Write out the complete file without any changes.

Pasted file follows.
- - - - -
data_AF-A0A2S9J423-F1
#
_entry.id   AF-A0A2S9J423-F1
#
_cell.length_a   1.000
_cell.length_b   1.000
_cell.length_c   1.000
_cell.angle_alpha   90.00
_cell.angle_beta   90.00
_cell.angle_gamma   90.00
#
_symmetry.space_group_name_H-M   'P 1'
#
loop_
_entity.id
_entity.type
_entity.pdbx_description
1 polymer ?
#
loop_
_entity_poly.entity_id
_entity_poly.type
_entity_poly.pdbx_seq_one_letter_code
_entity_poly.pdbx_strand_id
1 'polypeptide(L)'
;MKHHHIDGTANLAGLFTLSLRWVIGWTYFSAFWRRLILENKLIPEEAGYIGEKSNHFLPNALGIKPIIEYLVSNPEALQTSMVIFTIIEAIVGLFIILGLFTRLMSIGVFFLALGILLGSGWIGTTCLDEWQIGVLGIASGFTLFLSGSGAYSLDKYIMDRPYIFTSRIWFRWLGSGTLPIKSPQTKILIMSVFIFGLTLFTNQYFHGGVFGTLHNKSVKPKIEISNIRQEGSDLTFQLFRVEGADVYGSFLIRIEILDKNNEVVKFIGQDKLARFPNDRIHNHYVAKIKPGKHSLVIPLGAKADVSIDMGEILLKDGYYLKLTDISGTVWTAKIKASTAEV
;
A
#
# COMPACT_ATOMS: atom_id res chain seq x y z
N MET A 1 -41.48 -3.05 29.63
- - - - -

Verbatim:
data_AF-A0A2S9J423-F1
#
_entry.id   AF-A0A2S9J423-F1
#
_cell.length_a   1.000
_cell.length_b   1.000
_cell.length_c   1.000
_cell.angle_alpha   90.00
_cell.angle_beta   90.00
_cell.angle_gamma   90.00
#
_symmetry.space_group_name_H-M   'P 1'
#
loop_
_entity.id
_entity.type
_entity.pdbx_description
1 polymer ?
#
loop_
_entity_poly.entity_id
_entity_poly.type
_entity_poly.pdbx_seq_one_letter_code
_entity_poly.pdbx_strand_id
1 'polypeptide(L)'
;MKHHHIDGTANLAGLFTLSLRWVIGWTYFSAFWRRLILENKLIPEEAGYIGEKSNHFLPNALGIKPIIEYLVSNPEALQTSMVIFTIIEAIVGLFIILGLFTRLMSIGVFFLALGILLGSGWIGTTCLDEWQIGVLGIASGFTLFLSGSGAYSLDKYIMDRPYIFTSRIWFRWLGSGTLPIKSPQTKILIMSVFIFGLTLFTNQYFHGGVFGTLHNKSVKPKIEISNIRQEGSDLTFQLFRVEGADVYGSFLIRIEILDKNNEVVKFIGQDKLARFPNDRIHNHYVAKIKPGKHSLVIPLGAKADVSIDMGEILLKDGYYLKLTDISGTVWTAKIKASTAEV
;
A
#
# COMPACT_ATOMS: atom_id res chain seq x y z
N MET A 1 -41.48 -3.05 29.63